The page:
Fanatics Collectibles Launches zerocool Brand to Explore Culture Through Trading Cards
zerocool is a new trading card brand from Fanatics Collectibles that is embracing a unique focus and distribution approach for its products.
Culture will be key in all zerocool products. That will be the underlying theme in every release they put out.
“It’s all the important people in our lives —musicians, actors, fashion designers, artists, philanthropists, business people, politicians and all the brands that matter,” said Josh Luber, Fanatics Collectibles co-founder and Chief Vision Officer. “It’s truly about culture, not just about individual commercial products like traditional IP is.”
A zerocool set could be an entertainment property, but it could just as easily be fashion, art or history.
Or it be a trading card adaptation of an NFT line.
Such is the case with zerocool’s first release, which is a collaboration with VeeFriends, Gary Vaynerchuk’s NFT collection.
For all zerocool products, collectors will ultimately be the ones determining the price. At release, all will follow a Blind Dutch Auction format. It’s that same one Luber used with 2019 Bowman Chrome X when he was CEO at StockX.
Whenever a new set launches, collectors determine what they’re willing to pay on a zerocool box and submit a bid. Once the sales period ends, all offers are compiled. The clearing price is then determined by the lowest qualifying bid.
Say there are 1,000 boxes of a product and 1,500 bids. If all those bids were ranked from highest to lowest, the 1,000th highest is the clearing price. That’s what everyone pays. Those who bid more still pay the same price as everyone else.
“This is the most fair way to sell any high-demand product but certainly for trading cards,” Luber said. “Everyone has the same fair chance to get it and you let the market set the price.”
The format is different from the one that Panini has been using for many of their online releases. They start out at the highest price and drop it at regular intervals. Collectors can jump in at any time while it’s available. With this structure, prices can vary — sometimes by large amounts.
For zerocool, the initial price the same for all.
Luber said, “Everyone pays the same amount for the same product at the same time.”
This structure will be part of all of the brand’s trading card products.
The first zerocool product, VeeFriends, is a premium set of trading cards that are on thick stock and include foil stamping. The checklist has more than 200 cards with additional chase elements including autographs and even sketch cards.
“VeeFriends, Gary, NFTs are the perfect example of an unbelievably important and impactful part of culture that, a year ago, no one would’ve talked about,” Luber said. “That’s kind of the beauty of it. We get to create and launch the whole company on one of the most important parts of culture at this exact moment and reflect that as a historical record.”
Bidding for the Blind Dutch Auction is open now on the zerocool website and closes on Thursday, March 10 at 9 PM EST.
What About Topps’ Entertainment Licenses?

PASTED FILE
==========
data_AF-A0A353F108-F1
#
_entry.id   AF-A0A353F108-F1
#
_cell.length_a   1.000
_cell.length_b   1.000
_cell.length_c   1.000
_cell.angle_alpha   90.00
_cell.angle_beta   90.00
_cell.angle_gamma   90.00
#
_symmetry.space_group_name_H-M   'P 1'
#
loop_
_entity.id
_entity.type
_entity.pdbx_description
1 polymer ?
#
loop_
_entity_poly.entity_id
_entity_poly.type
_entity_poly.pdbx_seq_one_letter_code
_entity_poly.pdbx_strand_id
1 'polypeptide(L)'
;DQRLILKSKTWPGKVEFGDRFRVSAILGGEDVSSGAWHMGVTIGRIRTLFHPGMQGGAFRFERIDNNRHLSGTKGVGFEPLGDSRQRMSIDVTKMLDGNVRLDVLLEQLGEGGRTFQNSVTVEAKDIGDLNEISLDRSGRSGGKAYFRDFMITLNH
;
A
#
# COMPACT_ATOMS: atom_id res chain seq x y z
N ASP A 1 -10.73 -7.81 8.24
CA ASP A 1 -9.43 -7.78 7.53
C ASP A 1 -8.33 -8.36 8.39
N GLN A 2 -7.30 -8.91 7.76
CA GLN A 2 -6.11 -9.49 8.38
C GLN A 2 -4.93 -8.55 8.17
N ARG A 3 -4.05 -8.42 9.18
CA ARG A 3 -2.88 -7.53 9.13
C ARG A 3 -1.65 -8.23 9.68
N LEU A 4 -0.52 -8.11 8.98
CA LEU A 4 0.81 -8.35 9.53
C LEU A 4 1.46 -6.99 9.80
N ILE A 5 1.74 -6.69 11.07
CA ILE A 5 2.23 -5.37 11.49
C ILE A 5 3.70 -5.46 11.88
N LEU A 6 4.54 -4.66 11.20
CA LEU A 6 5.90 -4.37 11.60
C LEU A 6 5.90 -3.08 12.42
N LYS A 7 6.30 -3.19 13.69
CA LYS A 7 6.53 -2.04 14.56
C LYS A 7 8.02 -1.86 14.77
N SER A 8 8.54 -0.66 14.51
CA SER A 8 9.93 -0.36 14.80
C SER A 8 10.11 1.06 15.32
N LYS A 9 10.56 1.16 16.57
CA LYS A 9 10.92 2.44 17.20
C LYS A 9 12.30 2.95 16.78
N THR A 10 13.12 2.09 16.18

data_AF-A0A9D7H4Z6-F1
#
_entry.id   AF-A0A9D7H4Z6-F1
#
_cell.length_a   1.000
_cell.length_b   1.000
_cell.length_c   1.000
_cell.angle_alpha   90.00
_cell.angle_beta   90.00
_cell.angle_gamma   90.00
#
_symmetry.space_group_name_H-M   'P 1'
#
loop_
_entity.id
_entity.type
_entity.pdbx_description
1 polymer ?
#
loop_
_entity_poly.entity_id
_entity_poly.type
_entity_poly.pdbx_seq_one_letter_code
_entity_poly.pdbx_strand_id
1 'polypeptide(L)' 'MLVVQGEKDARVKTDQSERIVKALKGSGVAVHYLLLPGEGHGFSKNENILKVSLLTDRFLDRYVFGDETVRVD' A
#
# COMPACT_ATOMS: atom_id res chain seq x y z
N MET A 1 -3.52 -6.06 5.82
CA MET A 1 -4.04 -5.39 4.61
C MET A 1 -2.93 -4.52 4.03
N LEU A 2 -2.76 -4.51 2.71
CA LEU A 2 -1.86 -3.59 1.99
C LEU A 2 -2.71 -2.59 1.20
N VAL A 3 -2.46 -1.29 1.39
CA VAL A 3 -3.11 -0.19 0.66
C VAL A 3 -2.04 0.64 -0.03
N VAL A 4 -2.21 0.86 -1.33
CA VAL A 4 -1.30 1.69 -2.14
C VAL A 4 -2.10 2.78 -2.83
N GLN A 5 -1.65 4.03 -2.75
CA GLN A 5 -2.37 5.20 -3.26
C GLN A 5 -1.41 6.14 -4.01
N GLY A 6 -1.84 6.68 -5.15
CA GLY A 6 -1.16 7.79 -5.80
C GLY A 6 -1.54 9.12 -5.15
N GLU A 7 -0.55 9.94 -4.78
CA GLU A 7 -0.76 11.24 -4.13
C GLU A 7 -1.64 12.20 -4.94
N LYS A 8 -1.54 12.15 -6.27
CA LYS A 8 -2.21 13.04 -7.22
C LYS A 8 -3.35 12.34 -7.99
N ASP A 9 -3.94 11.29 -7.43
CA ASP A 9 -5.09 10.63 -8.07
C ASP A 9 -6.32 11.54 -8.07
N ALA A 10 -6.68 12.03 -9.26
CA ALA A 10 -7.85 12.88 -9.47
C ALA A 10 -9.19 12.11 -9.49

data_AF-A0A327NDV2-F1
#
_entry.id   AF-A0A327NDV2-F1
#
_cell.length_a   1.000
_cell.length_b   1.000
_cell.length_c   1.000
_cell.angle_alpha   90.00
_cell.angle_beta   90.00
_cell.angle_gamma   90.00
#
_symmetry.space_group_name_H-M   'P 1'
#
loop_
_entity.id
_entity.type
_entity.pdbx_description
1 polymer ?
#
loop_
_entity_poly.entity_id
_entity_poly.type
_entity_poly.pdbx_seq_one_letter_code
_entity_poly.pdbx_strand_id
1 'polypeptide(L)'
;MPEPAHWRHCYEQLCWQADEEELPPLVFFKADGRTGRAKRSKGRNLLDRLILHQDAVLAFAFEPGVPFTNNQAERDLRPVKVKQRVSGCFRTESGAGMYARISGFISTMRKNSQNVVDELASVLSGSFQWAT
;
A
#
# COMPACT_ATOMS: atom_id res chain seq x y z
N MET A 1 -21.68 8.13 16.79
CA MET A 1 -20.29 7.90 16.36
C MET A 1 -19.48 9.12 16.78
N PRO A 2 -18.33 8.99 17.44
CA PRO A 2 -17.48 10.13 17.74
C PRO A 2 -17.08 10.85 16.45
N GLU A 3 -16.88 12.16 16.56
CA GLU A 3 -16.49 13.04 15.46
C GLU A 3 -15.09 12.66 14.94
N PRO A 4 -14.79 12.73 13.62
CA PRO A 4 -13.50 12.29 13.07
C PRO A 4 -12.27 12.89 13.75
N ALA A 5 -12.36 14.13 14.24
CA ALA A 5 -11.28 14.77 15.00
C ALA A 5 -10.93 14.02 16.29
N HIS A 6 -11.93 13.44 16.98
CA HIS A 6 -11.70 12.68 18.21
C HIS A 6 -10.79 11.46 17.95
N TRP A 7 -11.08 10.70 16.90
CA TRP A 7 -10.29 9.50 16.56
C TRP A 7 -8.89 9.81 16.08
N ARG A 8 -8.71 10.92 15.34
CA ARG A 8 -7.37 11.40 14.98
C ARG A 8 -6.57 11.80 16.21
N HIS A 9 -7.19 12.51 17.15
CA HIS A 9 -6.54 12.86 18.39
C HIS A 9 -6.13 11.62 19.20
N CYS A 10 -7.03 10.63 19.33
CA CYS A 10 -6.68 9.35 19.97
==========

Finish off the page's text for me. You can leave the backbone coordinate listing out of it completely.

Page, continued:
With Fanatics Collectibles now owning Topps, some might be wondering what the launch of zerocool means to existing entertainment properties. For longstanding lines, likely nothing. Topps will continue to create entertainment products.
When it comes to launching new licenses and collaborations, though, it will depend.
Luber pointed to the Lil Wayne set that Topps did in 2021, saying that it would have probably been a better fit for zerocool if they were doing it now.
But Star Wars and Garbage Pail Kids will continue to be Topps products.
“Because Star Wars has been with Topps since 1977, it’s highly unlikely that we would move that branding away,” Luber said.
He did suggest that there could be times where characters crossover to a zerocool product if it’s appropriate. The example he gave was if they were doing a product about important figures from a particular city or place, a Garbage Pail Kid might make the checklist, but only as a cameo, not as an entire brand shift.
Waking the Giant
Outside of traditional entertainment sets like TV and movies, Luber believes that culture in trading cards has been overlooked. It’s also a big reason why many culture-driven cards have been exploding in both popularity and price in recent years. He points to the Jay-Z cards Topps put out in their 2005-06 basketball products or the handful of Kim Kardashian cards that exist.
“There hasn’t been a company fully dedicated to it,” he said. “It’s harder. In sports you [usually] only need two licenses to make cards. For culture to make sense, it’s much more complicated. Every set you have to go out and figure out what licenses you need.”
When asked what his dream project would be for a culture-driven set of trading cards, Luber looked to designer Virgil Abloh. “He just touched on so many different parts of culture. He was an architect by trade and did all sorts of interesting things there. He then created clothing for all different brands from Nike to Louis Vuitton,” Luber said.
Luber was tight-lipped on specifics as to future zerocool products.
“Everything will be a surprise until it’s time to start talking about it.”